Why Warren Buffett puts BNSF ownership on par with Apple stock in Berkshire Hathaway
Fort Worth-based BNSF Railway featured prominently in Warren Buffett’s annual letter to Berkshire Hathaway shareholders.
After starting his letter by describing property and casualty insurance as the heart of Berkshire’s business, Buffett wasted no time getting to the railroad.
“Our second and third most valuable assets – it’s pretty much a cinch at this point – are 100% Berkshire owned by BNSF, America’s largest railroad measured by freight volume, and our 5.4% stake in Apple, ”said Buffett, who regularly praises BNSF executives in the letter that is part of Berkshire Hathway’s closely watched annual meeting.
Buffett went on to describe the company’s 91% stake in Berkshire Hathaway Energy as his fourth best asset. “What we have here is a very unusual utility company, whose annual profits have gone from $ 122 million to $ 3.4 billion over our 21 years of ownership,” he said. he declares.
Buffett later told shareholders that Berkshire is the nation’s largest owner of buildings, factories and equipment with assets totaling $ 154 billion. BNSF and BHE, the company’s energy unit, represent a significant portion of these real estate assets.
“Large cap companies can be good investments, however,” he said. “Indeed, we’re thrilled with our two giants – BNSF and BHE: In 2011, Berkshire’s first full year of BNSF ownership, the two companies made a combined profit of $ 4.2 billion. In 2020, a tough year for many companies, the pair made $ 8.3 billion. “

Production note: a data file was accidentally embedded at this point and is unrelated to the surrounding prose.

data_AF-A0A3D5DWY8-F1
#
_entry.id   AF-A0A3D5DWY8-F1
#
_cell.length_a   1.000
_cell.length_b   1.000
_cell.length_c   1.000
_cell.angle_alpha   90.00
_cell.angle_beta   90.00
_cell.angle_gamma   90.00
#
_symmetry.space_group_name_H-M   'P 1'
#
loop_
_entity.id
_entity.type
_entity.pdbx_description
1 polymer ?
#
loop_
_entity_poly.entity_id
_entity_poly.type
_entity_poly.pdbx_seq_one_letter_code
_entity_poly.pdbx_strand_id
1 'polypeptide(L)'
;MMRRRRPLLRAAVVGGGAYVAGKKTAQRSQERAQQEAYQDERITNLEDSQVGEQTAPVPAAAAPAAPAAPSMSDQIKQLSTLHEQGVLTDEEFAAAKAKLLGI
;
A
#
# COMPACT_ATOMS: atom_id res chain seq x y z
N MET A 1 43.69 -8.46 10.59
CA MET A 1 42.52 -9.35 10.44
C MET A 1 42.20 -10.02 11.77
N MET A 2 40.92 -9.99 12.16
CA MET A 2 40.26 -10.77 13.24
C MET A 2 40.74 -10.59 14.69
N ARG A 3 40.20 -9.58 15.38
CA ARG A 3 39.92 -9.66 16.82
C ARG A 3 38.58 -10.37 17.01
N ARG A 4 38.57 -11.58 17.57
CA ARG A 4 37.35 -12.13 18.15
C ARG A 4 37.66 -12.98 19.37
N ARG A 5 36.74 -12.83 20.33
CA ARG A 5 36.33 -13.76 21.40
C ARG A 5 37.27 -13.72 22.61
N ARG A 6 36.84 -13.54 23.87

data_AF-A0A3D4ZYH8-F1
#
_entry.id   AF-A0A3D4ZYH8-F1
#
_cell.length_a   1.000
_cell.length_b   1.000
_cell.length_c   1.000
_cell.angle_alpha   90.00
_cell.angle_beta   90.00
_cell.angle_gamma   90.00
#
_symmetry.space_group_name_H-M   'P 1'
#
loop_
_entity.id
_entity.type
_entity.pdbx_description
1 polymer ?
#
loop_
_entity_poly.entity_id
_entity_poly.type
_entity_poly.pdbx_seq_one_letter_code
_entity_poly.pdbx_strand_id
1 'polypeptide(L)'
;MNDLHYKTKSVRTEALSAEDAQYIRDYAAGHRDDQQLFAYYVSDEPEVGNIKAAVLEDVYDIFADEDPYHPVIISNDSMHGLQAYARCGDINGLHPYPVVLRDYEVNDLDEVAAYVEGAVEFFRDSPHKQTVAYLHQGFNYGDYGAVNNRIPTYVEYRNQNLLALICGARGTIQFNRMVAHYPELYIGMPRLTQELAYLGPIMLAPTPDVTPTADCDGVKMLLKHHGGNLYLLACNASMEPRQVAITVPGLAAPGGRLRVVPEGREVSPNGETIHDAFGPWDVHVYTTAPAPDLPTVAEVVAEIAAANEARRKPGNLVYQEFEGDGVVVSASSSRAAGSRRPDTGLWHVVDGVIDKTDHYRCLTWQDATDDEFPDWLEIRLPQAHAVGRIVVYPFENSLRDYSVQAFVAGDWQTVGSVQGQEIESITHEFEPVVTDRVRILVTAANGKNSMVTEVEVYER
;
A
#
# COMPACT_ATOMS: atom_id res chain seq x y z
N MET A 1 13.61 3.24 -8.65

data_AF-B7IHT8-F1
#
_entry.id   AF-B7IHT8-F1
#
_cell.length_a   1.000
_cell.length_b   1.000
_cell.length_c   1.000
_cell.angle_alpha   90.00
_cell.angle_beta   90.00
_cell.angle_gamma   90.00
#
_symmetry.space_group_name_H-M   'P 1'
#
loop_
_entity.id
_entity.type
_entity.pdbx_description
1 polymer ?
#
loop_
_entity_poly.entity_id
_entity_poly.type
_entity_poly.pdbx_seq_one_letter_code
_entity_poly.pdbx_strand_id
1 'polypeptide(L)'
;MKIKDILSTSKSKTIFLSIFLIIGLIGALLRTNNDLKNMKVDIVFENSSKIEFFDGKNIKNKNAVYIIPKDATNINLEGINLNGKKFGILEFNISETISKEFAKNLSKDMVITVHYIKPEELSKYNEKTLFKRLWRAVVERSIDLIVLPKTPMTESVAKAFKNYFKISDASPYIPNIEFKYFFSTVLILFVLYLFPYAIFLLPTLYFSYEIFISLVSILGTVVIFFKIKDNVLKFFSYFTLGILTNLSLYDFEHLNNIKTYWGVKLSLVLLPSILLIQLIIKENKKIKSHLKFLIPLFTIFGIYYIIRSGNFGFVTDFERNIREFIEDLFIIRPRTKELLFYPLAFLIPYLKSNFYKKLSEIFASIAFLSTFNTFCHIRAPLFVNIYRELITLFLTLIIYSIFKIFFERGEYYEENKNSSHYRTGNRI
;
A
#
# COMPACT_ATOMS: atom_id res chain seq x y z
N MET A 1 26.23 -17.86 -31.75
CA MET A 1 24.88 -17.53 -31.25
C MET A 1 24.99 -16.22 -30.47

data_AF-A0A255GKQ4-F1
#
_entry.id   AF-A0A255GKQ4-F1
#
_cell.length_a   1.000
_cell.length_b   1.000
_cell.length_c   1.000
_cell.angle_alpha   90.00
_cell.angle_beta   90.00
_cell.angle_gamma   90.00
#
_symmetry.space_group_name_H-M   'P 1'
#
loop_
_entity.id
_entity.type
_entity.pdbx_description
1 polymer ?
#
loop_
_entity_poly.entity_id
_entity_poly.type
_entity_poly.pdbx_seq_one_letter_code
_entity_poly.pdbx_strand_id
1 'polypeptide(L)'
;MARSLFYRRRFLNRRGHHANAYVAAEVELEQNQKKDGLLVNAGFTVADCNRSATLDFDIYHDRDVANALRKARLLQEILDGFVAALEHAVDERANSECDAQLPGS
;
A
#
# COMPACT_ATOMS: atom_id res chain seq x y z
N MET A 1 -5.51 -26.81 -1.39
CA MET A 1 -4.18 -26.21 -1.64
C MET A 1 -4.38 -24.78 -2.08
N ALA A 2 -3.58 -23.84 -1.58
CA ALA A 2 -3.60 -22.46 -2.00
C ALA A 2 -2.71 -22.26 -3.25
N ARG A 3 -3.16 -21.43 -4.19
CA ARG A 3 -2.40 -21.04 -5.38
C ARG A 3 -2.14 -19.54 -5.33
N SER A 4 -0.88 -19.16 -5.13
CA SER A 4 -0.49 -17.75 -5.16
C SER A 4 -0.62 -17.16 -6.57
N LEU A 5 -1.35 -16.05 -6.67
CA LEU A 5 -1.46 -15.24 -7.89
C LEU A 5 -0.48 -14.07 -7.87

He acknowledged that the BNSF and the energy company will require significant capital spending for decades to come.
“The good news is that both are likely to generate appropriate returns on the additional investment. Let’s look at BNSF first. Your railroad carries approximately 15% of all non-local ton-miles (one ton of freight carried over one mile) of freight moving through the United States, whether by rail, truck, pipeline, barge, or plane . BNSF’s charges far exceed those of any other carrier, ”he wrote.
Berkshire has invested $ 41 billion in fixed rail assets since acquiring BNSF in 2010 for $ 44 billion.
“Railroading is an outdoor sport, with kilometer-long trains forced to operate reliably in extreme cold and heat conditions, as they constantly encounter all forms of terrain, from deserts to mountains, ”Buffett told shareholders. “The BNSF has 23,000 miles of track, spread across 28 states, and must spend whatever it takes to maximize safety and service throughout its vast system.”
Buffett also praised BNSF for its ability to deliver substantial dividends to Berkshire shareholders – $ 41.8 billion in total.
“The railroad pays us, however, only what is left over after both meeting the needs of its business and maintaining a cash balance of about $ 2 billion,” he said. “This conservative policy allows the BNSF to borrow at low rates, regardless of any guarantee of its debt by Berkshire. “
He credited retired CEO Carl Ice and new CEO Katie Farmer with an increase in BNSF profit margin of 2.9 percentage points in a pandemic-plagued year that saw the volume of goods transported decrease by 7%.
“Your railroad is in good hands,” he said.
Read Buffett’s full letter here.